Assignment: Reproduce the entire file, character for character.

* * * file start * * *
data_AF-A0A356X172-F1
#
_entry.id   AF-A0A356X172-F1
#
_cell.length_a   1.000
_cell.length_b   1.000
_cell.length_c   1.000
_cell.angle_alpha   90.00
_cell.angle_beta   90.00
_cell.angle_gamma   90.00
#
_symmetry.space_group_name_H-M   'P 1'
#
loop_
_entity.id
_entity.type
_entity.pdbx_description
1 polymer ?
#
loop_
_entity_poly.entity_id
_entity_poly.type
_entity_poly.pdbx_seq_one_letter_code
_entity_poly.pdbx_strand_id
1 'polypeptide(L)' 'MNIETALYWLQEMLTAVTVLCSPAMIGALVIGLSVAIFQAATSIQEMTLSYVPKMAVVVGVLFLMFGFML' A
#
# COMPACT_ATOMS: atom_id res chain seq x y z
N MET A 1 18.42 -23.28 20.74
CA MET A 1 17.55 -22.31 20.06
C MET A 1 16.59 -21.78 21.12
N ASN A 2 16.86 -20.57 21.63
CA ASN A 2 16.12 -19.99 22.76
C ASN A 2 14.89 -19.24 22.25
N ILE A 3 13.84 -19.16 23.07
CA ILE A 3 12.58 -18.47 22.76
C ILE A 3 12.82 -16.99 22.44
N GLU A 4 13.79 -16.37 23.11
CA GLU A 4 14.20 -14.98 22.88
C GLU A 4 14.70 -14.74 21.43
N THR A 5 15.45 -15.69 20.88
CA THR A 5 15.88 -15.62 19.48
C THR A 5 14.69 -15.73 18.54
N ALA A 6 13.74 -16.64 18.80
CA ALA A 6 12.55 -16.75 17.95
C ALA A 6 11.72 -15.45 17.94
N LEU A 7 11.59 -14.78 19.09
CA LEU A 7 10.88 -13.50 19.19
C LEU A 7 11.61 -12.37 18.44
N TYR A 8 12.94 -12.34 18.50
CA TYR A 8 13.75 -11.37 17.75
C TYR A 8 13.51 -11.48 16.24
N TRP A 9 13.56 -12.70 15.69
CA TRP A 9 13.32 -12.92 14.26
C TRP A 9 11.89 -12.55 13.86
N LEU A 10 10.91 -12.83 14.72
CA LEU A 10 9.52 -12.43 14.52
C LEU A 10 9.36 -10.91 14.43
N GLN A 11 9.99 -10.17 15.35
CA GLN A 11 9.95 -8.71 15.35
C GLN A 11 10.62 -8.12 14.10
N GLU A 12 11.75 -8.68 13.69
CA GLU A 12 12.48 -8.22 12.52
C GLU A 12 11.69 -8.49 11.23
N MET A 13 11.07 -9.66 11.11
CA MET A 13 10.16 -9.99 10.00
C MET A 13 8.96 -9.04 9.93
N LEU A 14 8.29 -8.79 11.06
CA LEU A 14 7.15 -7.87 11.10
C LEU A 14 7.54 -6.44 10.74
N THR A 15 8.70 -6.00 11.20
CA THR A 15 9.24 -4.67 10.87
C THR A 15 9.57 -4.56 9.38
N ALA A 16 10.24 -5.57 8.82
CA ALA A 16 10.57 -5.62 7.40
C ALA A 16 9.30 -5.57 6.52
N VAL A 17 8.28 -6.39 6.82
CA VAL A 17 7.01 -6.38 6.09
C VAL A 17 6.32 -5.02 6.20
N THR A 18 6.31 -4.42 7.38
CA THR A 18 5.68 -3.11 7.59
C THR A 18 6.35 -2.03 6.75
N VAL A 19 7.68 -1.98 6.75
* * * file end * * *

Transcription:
data_AF-A0A356X172-F1
#
_entry.id   AF-A0A356X172-F1
#
_cell.length_a   1.000
_cell.length_b   1.000
_cell.length_c   1.000
_cell.angle_alpha   90.00
_cell.angle_beta   90.00
_cell.angle_gamma   90.00
#
_symmetry.space_group_name_H-M   'P 1'
#
loop_
_entity.id
_entity.type
_entity.pdbx_description
1 polymer ?
#
loop_
_entity_poly.entity_id
_entity_poly.type
_entity_poly.pdbx_seq_one_letter_code
_entity_poly.pdbx_strand_id
1 'polypeptide(L)' 'MNIETALYWLQEMLTAVTVLCSPAMIGALVIGLSVAIFQAATSIQEMTLSYVPKMAVVVGVLFLMFGFML' A
#
# COMPACT_ATOMS: atom_id res chain seq x y z
N MET A 1 18.42 -23.28 20.74
CA MET A 1 17.55 -22.31 20.06
C MET A 1 16.59 -21.78 21.12
N ASN A 2 16.86 -20.57 21.63
CA ASN A 2 16.12 -19.99 22.76
C ASN A 2 14.89 -19.24 22.25
N ILE A 3 13.84 -19.16 23.07
CA ILE A 3 12.58 -18.47 22.76
C ILE A 3 12.82 -16.99 22.44
N GLU A 4 13.79 -16.37 23.11
CA GLU A 4 14.20 -14.98 22.88
C GLU A 4 14.70 -14.74 21.43
N THR A 5 15.45 -15.69 20.88
CA THR A 5 15.88 -15.62 19.48
C THR A 5 14.69 -15.73 18.54
N ALA A 6 13.74 -16.64 18.80
CA ALA A 6 12.55 -16.75 17.95
C ALA A 6 11.72 -15.45 17.94
N LEU A 7 11.59 -14.78 19.09
CA LEU A 7 10.88 -13.50 19.19
C LEU A 7 11.61 -12.37 18.44
N TYR A 8 12.94 -12.34 18.50
CA TYR A 8 13.75 -11.37 17.75
C TYR A 8 13.51 -11.48 16.24
N TRP A 9 13.56 -12.70 15.69
CA TRP A 9 13.32 -12.92 14.26
C TRP A 9 11.89 -12.55 13.86
N LEU A 10 10.91 -12.83 14.72
CA LEU A 10 9.52 -12.43 14.52
C LEU A 10 9.36 -10.91 14.43
N GLN A 11 9.99 -10.17 15.35
CA GLN A 11 9.95 -8.71 15.35
C GLN A 11 10.62 -8.12 14.10
N GLU A 12 11.75 -8.68 13.69
CA GLU A 12 12.48 -8.22 12.52
C GLU A 12 11.69 -8.49 11.23
N MET A 13 11.07 -9.66 11.11
CA MET A 13 10.16 -9.99 10.00
C MET A 13 8.96 -9.04 9.93
N LEU A 14 8.29 -8.79 11.06
CA LEU A 14 7.15 -7.87 11.10
C LEU A 14 7.54 -6.44 10.74
N THR A 15 8.70 -6.00 11.20
CA THR A 15 9.24 -4.67 10.87
C THR A 15 9.57 -4.56 9.38
N ALA A 16 10.24 -5.57 8.82
CA ALA A 16 10.57 -5.62 7.40
C ALA A 16 9.30 -5.57 6.52
N VAL A 17 8.28 -6.39 6.82
CA VAL A 17 7.01 -6.38 6.09
C VAL A 17 6.32 -5.02 6.20
N THR A 18 6.31 -4.42 7.38
CA THR A 18 5.68 -3.11 7.59
C THR A 18 6.35 -2.03 6.75
N VAL A 19 7.68 -1.98 6.75